Even with this extra relief, the IRS still recommends that you file as soon as possible, as the future is still very unknown. To help your financial situation and to get your return back to you as quickly as possible, they are taking no longer than 21 days to get your paperwork filed and refund to you. As we mentioned in past blogs, filing closer to the due date can cause your return to take up to 30 days if not longer to get back to you. This is no longer the case. The IRS is working harder and faster to help out where ever they can.
With the daily changes happening in our country, and the IRS being a vital key to keeping our government afloat in the days ahead, there could be a few bumps along the way with your taxes. Please be patient with them. We also recommend filing online if you were planning to do otherwise. All IRS workers have moved to remote work, and will no longer be accepting appointments in person. Hoods is still here to help you, but we suggest for all business to be done over the phone, through email, and other digital forms of communication for safety sake.
Tax time has never been more unique or shrouded with so many unknowns. During this time, if you have any questions or concerns, we continue to be your tax specialist in Goose Creek. We will get through this together, successfully get your taxes filed, and happily get your tax return back to you and your family. Continue to stay safe and stay at home!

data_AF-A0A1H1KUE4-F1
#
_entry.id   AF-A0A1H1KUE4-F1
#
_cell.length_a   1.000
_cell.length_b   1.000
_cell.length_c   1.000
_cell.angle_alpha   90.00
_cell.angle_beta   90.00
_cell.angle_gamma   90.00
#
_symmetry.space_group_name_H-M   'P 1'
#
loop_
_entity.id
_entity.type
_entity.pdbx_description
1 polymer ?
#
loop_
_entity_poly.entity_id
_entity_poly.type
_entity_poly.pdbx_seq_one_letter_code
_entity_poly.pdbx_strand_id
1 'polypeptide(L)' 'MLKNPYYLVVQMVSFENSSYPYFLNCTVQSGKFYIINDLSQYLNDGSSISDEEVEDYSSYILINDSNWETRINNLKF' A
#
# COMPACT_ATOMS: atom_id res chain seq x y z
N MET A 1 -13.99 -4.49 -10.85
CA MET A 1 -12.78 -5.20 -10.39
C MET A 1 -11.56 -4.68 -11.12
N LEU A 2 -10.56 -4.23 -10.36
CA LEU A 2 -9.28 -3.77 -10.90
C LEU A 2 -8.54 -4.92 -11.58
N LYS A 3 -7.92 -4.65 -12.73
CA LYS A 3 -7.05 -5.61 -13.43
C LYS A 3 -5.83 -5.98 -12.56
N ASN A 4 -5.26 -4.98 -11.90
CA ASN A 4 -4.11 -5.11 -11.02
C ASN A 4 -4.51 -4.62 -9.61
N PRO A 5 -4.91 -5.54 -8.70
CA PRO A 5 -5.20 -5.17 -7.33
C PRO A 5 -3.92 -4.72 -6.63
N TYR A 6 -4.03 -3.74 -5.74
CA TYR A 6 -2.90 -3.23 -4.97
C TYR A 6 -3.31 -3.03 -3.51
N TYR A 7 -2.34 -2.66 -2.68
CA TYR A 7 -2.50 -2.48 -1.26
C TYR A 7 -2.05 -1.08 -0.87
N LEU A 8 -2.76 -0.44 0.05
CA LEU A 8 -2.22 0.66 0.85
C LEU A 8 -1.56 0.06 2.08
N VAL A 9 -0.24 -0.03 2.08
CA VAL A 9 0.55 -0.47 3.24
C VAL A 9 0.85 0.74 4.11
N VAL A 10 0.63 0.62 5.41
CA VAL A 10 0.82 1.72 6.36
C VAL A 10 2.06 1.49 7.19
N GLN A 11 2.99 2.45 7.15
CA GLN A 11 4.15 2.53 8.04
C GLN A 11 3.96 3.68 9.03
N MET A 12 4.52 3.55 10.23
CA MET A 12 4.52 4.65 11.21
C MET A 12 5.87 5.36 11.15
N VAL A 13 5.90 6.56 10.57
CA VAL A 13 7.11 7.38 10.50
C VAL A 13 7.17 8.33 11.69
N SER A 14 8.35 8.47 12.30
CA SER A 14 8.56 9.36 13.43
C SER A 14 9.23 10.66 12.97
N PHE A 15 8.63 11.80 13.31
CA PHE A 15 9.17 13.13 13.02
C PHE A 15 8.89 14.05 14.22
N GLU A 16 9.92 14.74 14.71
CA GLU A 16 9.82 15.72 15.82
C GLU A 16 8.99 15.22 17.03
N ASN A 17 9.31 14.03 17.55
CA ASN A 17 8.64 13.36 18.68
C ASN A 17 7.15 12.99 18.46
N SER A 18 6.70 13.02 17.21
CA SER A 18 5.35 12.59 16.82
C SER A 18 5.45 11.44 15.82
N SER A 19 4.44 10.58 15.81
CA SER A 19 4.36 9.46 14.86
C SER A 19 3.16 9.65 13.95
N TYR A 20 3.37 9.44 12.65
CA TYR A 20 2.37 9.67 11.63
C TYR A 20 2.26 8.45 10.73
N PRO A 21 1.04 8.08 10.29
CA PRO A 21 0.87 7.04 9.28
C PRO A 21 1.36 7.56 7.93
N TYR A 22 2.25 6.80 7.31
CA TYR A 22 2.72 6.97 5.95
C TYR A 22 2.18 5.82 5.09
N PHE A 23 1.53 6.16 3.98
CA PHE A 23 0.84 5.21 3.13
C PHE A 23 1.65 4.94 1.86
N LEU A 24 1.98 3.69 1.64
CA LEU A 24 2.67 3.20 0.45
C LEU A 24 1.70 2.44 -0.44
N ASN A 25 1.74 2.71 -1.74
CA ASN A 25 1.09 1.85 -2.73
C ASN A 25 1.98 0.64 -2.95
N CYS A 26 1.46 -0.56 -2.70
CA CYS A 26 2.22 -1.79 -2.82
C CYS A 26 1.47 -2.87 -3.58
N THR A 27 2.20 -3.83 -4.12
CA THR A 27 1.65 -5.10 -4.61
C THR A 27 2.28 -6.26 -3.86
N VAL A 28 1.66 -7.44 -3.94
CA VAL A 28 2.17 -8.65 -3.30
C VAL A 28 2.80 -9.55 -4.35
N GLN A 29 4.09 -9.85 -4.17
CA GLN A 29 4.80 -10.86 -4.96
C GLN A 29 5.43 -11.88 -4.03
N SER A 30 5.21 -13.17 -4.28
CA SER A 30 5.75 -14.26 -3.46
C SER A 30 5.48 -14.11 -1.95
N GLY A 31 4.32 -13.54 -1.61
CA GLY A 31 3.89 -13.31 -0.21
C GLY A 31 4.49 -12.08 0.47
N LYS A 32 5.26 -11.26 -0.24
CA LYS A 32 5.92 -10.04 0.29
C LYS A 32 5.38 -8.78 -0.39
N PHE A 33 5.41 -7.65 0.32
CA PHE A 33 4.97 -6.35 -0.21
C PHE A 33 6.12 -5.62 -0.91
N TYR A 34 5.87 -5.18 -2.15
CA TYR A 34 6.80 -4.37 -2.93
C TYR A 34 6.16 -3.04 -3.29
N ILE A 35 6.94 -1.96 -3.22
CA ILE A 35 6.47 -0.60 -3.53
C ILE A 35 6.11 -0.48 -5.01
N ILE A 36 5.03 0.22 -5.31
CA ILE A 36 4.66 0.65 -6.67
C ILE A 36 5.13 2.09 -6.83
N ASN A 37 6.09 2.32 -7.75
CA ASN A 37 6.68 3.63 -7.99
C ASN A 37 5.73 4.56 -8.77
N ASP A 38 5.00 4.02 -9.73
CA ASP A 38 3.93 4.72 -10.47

Tax season is here, and for many of our clients, as you grow professionally and through your financial years, you come to discover more and more things finding their way onto your tax documents that you have to pay for. One of the most expensive things that you will depend on later in life is your retirement fund. Are you prepared to retire and are you aware of what you may or may not have to pay taxes on once you do?
February is here, and we are one day closer into tax season here in Goose Creek. We are here to provide the best tax preparation services to all of our current and new clients, so please don't hesitate to contact us this tax season! We are in full swing, and are prepared for what is going to be a very busy but very exciting tax season! With that being said, we are here to offer our clients at many stages of their lives help with their taxes. For those filing for the first time, for those filing for the first time as a married couple, and those filing for the first time after retiring. Just as you change through the stages of your life, how you pay your taxes will also change along with you.